Immediately after we offered to help another scholarship student, she called her parents to ask for their permission. They told her it was her decision. Then, for the first time ever, looking upwards with a smile on her face, she thought about the possibility of continuing her studies.

Another student told us she would like to be a teacher. Her mother died when she was a young child, so she received permission to study from her father. However, her older brother says he will forbid her from leaving to continue her studies. She told us that if she doesn’t study now, she will regret it for the rest of her life.

One of the students informed us that people from her ethnic group never study beyond secondary school. We hope this student will be the first. She is considering law, medicine, or information technology.

One of the students comes from a family of five sisters living together in a tiny one-room house. Her father is a truck driver. She would like to study medicine, business, or agriculture.

Over the years, we have encouraged children’s dreams, and now we see that without further help, these dreams, hopes, and goals would remain unfulfilled. Continuing their education will help bring them nearer to the achievements they have dreamed about. These students already stand out from their peers by completing secondary school despite family issues and obligations, peer pressure, and uncertainties. Scholarships will provide opportunities otherwise impossible. Perhaps some of these students would find a way to continue their education without our support. However, for young women with younger brothers, there is a common belief in the villages that education is more important for boys, who are more likely to receive family support.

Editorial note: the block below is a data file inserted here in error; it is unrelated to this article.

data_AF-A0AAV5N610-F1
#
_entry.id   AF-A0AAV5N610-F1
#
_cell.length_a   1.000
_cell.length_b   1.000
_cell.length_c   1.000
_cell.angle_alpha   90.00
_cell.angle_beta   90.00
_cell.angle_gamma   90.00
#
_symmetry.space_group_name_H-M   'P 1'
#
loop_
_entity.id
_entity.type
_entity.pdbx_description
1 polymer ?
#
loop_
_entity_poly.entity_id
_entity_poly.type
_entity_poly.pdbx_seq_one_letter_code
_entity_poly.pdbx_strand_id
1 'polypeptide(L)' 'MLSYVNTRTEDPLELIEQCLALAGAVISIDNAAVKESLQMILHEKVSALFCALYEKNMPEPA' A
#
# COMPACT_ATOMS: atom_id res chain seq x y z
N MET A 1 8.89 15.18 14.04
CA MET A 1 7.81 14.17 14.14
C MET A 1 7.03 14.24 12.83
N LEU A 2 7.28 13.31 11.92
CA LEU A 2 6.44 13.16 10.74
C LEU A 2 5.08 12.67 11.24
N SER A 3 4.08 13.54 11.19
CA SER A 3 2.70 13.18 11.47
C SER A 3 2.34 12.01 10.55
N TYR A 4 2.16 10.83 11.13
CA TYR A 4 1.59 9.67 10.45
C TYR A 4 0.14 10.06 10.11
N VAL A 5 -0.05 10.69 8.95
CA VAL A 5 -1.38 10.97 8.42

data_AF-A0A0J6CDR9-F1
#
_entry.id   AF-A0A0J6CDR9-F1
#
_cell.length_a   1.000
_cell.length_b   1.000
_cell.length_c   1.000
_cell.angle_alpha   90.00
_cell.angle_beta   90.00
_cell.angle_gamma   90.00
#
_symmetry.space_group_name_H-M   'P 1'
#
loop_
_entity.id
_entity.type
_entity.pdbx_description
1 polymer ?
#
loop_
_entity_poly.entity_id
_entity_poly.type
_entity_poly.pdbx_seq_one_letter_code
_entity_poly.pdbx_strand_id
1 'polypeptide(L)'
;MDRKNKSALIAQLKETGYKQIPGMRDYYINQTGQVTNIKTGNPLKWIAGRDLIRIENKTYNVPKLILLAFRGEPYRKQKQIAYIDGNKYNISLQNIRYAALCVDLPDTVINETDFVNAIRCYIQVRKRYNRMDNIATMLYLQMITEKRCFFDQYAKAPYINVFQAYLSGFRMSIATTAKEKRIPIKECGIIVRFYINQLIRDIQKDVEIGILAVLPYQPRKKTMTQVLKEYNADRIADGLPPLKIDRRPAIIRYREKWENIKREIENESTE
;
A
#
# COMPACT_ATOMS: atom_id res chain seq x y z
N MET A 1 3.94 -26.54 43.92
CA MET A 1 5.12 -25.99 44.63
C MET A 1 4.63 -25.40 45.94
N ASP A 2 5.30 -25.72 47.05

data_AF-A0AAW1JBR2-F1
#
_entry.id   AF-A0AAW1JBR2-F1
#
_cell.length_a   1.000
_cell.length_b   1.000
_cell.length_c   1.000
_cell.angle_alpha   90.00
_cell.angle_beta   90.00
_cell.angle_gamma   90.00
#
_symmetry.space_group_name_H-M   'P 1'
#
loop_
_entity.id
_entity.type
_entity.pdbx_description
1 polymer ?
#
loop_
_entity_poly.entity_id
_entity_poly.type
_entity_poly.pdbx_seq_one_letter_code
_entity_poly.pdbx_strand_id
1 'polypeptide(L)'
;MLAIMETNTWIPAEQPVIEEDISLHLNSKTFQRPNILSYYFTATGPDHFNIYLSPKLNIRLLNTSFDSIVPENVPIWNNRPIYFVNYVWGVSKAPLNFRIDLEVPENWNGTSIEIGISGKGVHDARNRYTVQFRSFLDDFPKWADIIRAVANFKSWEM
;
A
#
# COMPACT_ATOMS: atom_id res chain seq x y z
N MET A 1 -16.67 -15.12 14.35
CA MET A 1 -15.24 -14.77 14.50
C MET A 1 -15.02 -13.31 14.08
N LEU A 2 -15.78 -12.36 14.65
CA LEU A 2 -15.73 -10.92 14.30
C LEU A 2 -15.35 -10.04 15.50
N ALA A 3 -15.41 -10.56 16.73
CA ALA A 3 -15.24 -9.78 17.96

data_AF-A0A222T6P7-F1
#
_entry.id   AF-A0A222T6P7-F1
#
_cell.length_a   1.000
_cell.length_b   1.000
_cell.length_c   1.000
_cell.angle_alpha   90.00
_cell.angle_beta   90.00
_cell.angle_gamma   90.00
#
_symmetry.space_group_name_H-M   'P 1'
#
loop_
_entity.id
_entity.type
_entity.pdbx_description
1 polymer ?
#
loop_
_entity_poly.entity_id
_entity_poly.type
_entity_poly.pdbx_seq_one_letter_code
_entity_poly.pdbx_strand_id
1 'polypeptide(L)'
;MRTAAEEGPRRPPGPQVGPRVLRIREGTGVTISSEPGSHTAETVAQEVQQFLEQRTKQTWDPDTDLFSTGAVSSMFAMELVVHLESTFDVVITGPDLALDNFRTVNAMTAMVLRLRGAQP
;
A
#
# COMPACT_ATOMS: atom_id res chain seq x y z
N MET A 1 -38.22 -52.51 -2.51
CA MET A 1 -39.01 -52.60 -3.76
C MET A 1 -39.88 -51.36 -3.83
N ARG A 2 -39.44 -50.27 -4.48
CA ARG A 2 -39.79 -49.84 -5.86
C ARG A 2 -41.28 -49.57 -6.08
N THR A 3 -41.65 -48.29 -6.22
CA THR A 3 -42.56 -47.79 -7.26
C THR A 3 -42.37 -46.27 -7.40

This year, we visited with several scholarship students who have graduated and begun their careers. One of them is employed by the government and currently studying for a master’s degree in China supported by the Lao government. Another one has a respected position in the provincial forestry department. One is employed in an insurance office, and another reporting and announcing for a radio station. One student in their last year of university is working as a receptionist in an upscale international hotel. A scholarship student who formerly volunteered at the children’s center is now teaching Lao language at a secondary school where they are one of the most favored teachers. We were not able to see one of our first scholarship student, who is a doctor in the local hospital, because he was attending a continuing medical education course in Thailand.

We are very proud of these students’ successes and watch them advancing and contributing to their communities. They validate our belief in the value of education and encourage us to support additional students. The Butterfly Children’s Development Center’s tagline continues to be, “Where dreams have wings.” We have contributed to their dreams, and now we must help them fly.
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Bryan Watt,
Apr 1, 2020, 5:53 AM